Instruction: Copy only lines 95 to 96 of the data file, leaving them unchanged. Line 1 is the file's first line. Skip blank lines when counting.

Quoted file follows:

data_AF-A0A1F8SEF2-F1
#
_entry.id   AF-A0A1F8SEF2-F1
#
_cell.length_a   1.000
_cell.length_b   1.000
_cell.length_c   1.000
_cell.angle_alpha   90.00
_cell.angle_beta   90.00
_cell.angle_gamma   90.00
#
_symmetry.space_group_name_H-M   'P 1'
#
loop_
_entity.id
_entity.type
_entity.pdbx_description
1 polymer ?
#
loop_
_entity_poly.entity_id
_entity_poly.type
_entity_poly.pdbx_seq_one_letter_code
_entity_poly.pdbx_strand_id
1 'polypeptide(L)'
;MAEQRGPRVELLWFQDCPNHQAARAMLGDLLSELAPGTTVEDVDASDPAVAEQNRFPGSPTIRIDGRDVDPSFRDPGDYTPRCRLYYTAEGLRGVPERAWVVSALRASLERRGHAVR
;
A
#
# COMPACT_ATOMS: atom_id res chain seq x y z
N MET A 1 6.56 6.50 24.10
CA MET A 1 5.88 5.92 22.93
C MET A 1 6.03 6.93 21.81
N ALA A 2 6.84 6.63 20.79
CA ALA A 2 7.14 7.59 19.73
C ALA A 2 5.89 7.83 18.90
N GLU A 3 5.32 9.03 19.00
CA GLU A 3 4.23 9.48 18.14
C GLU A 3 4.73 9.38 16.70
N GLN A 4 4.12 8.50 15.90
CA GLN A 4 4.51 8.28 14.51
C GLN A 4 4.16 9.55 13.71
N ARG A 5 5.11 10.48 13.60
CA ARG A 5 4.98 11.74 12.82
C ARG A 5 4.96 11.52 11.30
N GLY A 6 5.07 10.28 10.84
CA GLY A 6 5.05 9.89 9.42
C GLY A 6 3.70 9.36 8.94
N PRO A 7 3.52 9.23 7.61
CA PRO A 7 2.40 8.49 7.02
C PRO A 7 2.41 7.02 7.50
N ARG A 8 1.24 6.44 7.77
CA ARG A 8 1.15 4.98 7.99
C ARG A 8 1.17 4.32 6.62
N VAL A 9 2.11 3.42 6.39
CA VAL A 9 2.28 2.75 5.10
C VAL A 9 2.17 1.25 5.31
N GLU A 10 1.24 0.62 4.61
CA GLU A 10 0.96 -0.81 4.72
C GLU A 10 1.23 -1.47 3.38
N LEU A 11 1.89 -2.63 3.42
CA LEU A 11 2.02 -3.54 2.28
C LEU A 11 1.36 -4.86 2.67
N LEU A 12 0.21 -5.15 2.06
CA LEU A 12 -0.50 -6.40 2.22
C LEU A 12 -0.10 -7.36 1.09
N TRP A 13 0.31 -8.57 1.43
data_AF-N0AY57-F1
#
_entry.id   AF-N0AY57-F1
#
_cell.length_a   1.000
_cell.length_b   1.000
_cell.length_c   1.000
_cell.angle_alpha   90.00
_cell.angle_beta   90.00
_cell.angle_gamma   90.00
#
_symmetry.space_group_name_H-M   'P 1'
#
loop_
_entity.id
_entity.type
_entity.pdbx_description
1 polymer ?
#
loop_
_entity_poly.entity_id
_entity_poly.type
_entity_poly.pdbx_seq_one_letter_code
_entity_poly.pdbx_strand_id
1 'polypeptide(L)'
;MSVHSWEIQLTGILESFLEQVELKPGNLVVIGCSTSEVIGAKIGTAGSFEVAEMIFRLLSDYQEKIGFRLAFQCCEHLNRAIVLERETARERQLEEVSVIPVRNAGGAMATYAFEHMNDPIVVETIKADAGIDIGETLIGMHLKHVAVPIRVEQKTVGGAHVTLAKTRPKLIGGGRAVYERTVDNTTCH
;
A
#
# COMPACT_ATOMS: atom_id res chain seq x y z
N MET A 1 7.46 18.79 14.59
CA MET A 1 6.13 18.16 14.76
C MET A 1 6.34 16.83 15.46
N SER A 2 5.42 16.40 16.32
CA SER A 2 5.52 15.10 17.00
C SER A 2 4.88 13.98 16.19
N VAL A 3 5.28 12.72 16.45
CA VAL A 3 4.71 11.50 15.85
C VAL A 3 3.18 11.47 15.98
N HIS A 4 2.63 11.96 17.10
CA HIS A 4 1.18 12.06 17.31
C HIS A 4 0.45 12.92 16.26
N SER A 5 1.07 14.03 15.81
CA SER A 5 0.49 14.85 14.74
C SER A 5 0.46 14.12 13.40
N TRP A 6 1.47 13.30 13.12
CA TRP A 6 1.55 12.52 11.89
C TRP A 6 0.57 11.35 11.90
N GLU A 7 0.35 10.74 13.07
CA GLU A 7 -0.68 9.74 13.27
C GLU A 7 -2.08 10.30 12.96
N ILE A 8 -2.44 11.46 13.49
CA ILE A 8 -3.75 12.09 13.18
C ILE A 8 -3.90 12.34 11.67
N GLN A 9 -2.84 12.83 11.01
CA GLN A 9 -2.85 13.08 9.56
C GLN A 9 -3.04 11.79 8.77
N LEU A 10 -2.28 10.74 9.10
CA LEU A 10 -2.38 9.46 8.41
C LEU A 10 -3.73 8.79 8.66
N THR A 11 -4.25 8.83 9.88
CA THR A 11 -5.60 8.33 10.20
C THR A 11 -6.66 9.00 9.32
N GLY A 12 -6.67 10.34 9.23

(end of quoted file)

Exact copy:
A
#